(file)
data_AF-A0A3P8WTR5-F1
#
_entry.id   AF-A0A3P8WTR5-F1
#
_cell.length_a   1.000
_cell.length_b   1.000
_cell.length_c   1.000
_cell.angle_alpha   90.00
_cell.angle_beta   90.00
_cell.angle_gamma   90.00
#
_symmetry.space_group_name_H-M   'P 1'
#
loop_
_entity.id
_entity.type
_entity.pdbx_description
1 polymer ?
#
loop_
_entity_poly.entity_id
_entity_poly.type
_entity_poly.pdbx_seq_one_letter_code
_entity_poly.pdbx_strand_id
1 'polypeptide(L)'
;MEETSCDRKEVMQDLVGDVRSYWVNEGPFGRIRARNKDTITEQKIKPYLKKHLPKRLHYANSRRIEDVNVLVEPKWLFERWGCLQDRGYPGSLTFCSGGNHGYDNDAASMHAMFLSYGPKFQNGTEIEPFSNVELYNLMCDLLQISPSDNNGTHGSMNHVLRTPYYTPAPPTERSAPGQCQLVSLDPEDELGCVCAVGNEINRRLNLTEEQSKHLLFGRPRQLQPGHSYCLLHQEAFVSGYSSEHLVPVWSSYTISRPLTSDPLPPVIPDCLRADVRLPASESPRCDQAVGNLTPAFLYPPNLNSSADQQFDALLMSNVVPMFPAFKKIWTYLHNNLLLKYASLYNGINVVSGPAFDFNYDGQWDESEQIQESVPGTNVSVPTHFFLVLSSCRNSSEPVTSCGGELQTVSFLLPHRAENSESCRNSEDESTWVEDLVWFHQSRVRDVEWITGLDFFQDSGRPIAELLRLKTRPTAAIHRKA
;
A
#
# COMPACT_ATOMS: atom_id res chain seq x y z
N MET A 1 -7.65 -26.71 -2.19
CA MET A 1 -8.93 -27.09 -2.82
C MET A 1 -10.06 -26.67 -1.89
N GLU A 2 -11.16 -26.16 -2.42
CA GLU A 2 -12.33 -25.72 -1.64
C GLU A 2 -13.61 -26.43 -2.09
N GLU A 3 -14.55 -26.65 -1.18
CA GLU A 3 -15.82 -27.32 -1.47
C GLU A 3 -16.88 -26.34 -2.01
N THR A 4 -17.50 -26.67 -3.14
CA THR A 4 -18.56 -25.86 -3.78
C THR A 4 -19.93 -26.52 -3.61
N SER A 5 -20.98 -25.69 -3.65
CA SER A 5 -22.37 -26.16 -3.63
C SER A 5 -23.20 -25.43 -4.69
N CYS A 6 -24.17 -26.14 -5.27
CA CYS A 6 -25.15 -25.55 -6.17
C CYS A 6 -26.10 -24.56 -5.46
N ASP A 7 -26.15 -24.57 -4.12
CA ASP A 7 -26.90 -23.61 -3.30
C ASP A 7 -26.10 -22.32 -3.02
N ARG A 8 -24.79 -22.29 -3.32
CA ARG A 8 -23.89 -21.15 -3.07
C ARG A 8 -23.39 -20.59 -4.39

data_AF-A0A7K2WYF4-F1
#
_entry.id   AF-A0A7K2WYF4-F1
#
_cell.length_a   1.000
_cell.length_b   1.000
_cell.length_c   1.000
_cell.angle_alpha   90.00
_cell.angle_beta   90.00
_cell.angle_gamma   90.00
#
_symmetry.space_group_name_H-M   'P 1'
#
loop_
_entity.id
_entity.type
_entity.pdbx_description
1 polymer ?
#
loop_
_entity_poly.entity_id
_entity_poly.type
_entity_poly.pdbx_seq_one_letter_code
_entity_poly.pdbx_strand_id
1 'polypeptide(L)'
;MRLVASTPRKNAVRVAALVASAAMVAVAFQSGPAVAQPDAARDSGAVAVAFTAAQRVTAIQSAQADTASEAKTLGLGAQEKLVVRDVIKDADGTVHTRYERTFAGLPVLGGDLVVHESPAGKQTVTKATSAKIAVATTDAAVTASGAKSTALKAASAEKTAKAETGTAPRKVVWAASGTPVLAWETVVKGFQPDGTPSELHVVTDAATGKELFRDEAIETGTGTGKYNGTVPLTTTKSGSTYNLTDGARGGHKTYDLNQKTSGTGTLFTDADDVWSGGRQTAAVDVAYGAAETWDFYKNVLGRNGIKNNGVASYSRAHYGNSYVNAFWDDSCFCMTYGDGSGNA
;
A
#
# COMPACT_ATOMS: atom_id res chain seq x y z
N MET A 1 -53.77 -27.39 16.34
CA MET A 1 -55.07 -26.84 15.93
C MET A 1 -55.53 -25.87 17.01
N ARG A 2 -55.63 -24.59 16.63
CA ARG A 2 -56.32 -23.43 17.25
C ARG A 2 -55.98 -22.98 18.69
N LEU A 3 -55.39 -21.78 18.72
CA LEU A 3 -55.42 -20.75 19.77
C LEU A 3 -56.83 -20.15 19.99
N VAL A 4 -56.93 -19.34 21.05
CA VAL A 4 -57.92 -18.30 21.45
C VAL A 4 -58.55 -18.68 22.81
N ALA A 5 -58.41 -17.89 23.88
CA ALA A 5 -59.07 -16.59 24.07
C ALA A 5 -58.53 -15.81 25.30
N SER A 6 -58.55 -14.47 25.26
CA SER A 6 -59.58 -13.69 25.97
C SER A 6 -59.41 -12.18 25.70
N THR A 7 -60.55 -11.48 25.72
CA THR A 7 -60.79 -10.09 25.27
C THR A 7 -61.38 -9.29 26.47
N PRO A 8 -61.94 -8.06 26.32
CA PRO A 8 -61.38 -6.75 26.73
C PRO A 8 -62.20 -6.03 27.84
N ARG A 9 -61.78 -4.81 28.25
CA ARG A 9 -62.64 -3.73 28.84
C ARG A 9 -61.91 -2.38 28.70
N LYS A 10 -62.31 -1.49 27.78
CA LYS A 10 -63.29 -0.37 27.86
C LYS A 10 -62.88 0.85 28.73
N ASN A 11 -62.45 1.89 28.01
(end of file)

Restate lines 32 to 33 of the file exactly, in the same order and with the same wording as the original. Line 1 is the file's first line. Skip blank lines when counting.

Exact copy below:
CA MET A 1 -8.93 -27.09 -2.82
C MET A 1 -10.06 -26.67 -1.89